Scientists have warned that peeing in the pool can be harmful and should be avoided if possible.
Basically disinfectants have chemical reactions with the organic materials on our body like dirt, sweat, moisturisers, and urine!
When these chemical reactions occur, something called DBPs (disinfection byproducts) are created, and this is where the problems start.
Researchers estimate that swimming pools contain an average of 30 to 80 mls of urine for each person that’s jumped in. Some of that is released accidentally or without the person realizing.
Knowing that DBPs can cause effects in cells naturally leads to concerns about the chemicals’ effects on human health. Studies about the effects of DBPs on swimmers “have been focused on highly exposed groups, such as professional swimmers and workers, or vulnerable groups, such as infants and children,” says Cristina M. Villanueva, an epidemiologist who heads the water pollution program at ISGlobal, the Barcelona Institute for Global Health.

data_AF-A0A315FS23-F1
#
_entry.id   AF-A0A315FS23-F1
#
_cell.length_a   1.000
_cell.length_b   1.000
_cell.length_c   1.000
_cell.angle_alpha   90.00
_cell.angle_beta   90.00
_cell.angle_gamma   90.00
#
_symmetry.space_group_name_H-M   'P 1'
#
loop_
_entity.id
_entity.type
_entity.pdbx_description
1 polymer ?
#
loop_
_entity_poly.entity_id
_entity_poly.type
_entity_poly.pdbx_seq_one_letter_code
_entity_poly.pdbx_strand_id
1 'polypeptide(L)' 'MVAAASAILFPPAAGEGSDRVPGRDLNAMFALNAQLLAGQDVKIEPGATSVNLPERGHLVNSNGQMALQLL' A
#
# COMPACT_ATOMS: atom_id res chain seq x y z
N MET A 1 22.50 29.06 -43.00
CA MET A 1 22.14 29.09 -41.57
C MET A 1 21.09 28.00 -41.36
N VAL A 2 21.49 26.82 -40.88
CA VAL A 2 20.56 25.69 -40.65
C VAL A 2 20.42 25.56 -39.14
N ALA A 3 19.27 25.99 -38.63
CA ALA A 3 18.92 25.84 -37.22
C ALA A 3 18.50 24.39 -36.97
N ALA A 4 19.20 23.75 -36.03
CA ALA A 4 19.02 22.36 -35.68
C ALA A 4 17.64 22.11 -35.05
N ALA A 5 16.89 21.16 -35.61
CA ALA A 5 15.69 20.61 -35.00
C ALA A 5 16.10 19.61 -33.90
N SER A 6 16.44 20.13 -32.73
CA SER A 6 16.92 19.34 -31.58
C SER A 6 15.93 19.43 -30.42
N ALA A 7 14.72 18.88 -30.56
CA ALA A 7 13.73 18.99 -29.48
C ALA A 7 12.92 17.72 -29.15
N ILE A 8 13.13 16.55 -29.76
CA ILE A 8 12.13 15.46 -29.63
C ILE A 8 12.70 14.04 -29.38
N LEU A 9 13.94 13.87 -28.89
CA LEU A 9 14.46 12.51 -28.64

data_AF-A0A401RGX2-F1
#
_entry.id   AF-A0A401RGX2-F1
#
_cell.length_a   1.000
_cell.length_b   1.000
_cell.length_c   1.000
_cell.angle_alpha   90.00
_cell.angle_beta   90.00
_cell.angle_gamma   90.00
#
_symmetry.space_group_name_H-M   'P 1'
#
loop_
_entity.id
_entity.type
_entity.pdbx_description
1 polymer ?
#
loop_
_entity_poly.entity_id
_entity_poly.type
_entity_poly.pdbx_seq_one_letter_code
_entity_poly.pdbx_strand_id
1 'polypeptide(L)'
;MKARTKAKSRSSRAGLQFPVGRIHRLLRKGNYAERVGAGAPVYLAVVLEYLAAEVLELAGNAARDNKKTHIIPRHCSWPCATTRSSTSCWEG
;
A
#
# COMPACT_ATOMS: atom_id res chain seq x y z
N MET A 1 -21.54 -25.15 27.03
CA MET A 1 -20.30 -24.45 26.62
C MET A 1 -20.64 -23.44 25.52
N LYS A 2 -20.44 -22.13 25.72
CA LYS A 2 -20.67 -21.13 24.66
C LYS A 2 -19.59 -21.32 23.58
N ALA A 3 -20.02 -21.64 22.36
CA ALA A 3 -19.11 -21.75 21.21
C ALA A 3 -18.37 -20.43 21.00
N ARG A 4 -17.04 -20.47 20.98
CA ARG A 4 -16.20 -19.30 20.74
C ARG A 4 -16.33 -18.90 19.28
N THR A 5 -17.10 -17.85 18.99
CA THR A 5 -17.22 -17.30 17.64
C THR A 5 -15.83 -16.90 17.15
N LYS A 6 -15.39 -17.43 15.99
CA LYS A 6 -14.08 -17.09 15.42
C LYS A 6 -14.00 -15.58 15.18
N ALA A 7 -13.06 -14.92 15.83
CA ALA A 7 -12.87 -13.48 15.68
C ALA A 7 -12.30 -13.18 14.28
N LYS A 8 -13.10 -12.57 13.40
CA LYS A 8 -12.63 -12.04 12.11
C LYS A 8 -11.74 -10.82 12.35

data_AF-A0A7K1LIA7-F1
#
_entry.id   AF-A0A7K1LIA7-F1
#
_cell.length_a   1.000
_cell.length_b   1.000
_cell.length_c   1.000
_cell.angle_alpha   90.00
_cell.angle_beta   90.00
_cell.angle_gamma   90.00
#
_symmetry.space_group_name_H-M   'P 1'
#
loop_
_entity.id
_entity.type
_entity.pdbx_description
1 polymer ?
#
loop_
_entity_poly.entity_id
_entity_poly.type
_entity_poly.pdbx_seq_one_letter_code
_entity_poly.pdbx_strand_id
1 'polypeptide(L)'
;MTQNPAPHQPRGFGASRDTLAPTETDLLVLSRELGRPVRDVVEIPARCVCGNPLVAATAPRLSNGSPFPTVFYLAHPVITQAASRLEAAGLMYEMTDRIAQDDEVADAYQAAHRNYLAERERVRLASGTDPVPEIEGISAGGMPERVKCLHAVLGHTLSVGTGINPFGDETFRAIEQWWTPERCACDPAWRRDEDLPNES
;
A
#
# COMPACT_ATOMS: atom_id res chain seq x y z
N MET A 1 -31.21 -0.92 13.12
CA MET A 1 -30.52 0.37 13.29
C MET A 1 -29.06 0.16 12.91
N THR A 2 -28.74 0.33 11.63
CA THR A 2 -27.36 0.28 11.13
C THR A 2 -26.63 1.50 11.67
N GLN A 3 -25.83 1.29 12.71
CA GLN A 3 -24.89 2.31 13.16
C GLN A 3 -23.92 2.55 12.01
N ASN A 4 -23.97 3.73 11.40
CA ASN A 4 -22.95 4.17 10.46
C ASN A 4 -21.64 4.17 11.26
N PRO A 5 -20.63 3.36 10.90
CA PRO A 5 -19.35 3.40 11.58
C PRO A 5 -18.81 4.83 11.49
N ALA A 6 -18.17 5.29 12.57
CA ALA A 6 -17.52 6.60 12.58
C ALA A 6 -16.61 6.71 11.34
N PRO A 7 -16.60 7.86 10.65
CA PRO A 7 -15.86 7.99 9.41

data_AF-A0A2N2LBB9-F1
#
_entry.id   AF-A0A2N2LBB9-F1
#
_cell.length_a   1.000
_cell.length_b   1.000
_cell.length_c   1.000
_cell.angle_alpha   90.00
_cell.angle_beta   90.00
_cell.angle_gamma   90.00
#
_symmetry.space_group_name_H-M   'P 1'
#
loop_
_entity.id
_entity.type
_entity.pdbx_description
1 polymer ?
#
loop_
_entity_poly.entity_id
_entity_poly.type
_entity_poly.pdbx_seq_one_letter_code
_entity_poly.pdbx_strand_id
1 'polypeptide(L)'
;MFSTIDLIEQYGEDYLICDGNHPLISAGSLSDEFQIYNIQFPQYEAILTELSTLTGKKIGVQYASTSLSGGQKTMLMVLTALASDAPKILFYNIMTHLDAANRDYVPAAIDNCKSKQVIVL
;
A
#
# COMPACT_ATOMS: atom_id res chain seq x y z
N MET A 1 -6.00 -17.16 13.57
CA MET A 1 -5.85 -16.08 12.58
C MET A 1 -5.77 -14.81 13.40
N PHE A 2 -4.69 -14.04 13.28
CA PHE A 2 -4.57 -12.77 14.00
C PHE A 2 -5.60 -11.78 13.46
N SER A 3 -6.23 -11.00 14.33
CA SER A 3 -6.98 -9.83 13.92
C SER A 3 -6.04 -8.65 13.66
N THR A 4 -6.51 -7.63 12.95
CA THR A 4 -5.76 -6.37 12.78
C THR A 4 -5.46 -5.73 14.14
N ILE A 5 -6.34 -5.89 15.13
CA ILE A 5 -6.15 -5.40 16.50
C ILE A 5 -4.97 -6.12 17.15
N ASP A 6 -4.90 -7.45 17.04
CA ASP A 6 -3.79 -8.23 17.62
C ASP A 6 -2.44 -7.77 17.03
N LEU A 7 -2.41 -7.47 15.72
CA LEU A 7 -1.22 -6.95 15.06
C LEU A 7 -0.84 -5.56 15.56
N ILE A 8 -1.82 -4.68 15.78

“It has been described in many studies that the prevalence of asthma is high among swimmers,” Villanueva says. But the nature of the association is harder to determine. Did those swimmers develop asthma because they swim, or do they swim because they have asthma? One of the complicating factors is that doctors recommend swimming as a sport suitable for people with asthma.
Villanueva and her colleagues have also tried to determine whether there is a connection between swimming and increased incidence of bladder cancer. Read more on the study here.
Watch below for all the icky details.
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